Alex photo for Juneteenth blog post

By: Alexandria McLemore

For Juneteenth, we wanted to share something special that our Foster Grandparents Program Assistant Director, Alexandria McLemore wrote to share with our staff.

“Juneteenth is when chattel slavery officially ended in the United States. On June 19, 1865, enslaved Black people in Galveston, Texas were finally freed, albeit two years after Lincoln’s Emancipation Proclamation. It’s a sacred holiday for many Black people, but it’s important to remember that Black people are not monolithic. In truth, there are varying viewpoints in Black communities regarding Juneteenth. After all, is it really worth celebrating a holiday where Black people were given freedom two years too late? Why would we want to celebrate something like that?

I’m only one Black person and I wouldn’t dare presume to speak for all Black people in America. I’m a native Texan, so Juneteenth has been a part of my world all my life, and I’d like to share why I personally choose to celebrate and commemorate Juneteenth.

The way I see it, all of the legal rights and freedoms that blacks have today were given way too late. African Americans have been fighting for legal rights since 1619 when the first enslaved Black people landed in the United States. The Emancipation Proclamation was issued in 1863, but it wasn’t until 1964 that the Civil Rights Act was passed. Truthfully, even in 2024, Black people are still fighting to preserve natural-born rights and freedoms to this very day. Yet, this shouldn’t keep us from celebrating and commemorating the accomplishments and sacrifices that Black people have made to survive and advocate for a better world.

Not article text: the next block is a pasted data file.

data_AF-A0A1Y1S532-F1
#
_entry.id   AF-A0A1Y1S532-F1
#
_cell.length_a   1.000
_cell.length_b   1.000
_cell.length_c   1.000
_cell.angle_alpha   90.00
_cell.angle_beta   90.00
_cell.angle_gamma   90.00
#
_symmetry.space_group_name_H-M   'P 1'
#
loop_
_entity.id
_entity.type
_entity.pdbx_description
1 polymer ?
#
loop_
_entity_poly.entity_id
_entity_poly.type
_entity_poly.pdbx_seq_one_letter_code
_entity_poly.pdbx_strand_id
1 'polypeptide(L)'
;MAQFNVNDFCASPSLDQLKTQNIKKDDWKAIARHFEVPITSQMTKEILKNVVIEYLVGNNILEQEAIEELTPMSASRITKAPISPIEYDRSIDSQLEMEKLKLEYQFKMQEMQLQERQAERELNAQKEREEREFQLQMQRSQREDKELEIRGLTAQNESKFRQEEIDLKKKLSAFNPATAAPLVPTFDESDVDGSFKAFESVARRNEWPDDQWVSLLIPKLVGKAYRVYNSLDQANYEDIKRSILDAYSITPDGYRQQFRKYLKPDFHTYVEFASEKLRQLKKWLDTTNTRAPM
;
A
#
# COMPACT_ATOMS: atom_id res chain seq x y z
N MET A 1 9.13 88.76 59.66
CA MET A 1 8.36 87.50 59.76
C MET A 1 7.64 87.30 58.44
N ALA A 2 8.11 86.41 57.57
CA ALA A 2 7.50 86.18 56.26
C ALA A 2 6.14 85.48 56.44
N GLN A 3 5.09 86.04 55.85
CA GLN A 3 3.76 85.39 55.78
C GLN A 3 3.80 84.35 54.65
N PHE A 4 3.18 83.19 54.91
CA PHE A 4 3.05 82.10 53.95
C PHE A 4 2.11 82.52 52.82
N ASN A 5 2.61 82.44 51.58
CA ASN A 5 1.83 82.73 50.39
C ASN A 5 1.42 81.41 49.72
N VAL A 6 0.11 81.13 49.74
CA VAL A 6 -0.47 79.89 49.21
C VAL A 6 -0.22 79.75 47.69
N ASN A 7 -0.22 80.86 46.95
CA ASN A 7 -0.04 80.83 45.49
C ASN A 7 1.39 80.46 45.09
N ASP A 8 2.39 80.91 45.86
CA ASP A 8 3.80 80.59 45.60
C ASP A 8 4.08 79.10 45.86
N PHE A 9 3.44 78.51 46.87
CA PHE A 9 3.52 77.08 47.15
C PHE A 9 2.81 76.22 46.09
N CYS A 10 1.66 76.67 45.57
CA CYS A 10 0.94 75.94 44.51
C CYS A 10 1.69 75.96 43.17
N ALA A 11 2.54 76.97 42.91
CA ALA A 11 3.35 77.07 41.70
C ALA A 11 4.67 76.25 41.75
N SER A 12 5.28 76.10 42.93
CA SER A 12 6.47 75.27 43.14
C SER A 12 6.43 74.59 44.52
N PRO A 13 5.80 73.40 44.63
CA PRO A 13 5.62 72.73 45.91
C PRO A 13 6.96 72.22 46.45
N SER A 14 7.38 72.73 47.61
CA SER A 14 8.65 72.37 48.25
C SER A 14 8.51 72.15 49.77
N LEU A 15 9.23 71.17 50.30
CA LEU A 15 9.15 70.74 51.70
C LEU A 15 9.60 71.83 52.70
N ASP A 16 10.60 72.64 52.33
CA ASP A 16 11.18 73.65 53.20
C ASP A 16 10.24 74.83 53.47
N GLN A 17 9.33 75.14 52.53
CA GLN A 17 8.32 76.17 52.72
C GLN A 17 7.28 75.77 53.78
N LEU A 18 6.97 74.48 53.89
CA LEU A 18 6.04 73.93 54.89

So for me, Juneteenth is about much more than celebrating freedom that came two years too late, although that is an undeniable part of the holiday. It is also about Black people’s resilience in the face of unbelievable circumstances. Indeed, Juneteenth truly illustrates that age-old adage of how Black people have always “made a way out of no way.” Additionally, in a time when too many in our country are actively seeking to erase Black history, the Juneteenth holiday fosters a collective memory of the brutality of chattel slavery, while also promoting a collective memory of the will and resolve of African Americans to build communities and live meaningful lives even in the face of brutality and horror.

For me, Juneteenth will forever remain a symbol of hope and survival.”

Post summary

Honoring Juneteenth with Reflection and Learning

Juneteenth, observed annually on June 19th, commemorates the day in 1865 when General Gordon Granger arrived in Galveston, Texas, and announced the end of slavery. This pivotal moment occurred over two years after the Emancipation Proclamation was issued on January 1, 1863, highlighting the prolonged struggle for freedom faced by many enslaved African Americans. Juneteenth symbolizes the end of slavery in the United States and represents a critical chapter in American history that underscores the resilience and perseverance of the African American community.

In recognition of Juneteenth, we are pleased to share a heartfelt message from Alexandria McLemore, our Foster Grandparents Program Assistant Director. Her reflection offers a personal and powerful perspective on the significance of this day. Alexandria emphasizes the importance of acknowledging Juneteenth not only as a historical event but also as an opportunity for continuous learning and engagement in the ongoing fight for equality.

Juneteenth is more than a celebration; it is a call to remember and educate. It provides a moment for us to honor the legacy of those who fought for freedom and to reflect on the enduring impact of systemic racism. By understanding this history, we can better appreciate the progress made and recognize the work still necessary to achieve true racial equity.

At The Senior Source, we strive to foster an inclusive environment where the contributions of all individuals are recognized and valued. We encourage everyone to engage in Juneteenth by participating in educational events, supporting Black-owned businesses, and advocating for policies that promote justice and equality.

Let us use this day to educate ourselves, engage in meaningful dialogue, and reflect on how we can contribute to a society where freedom and equality are genuinely realized for all.

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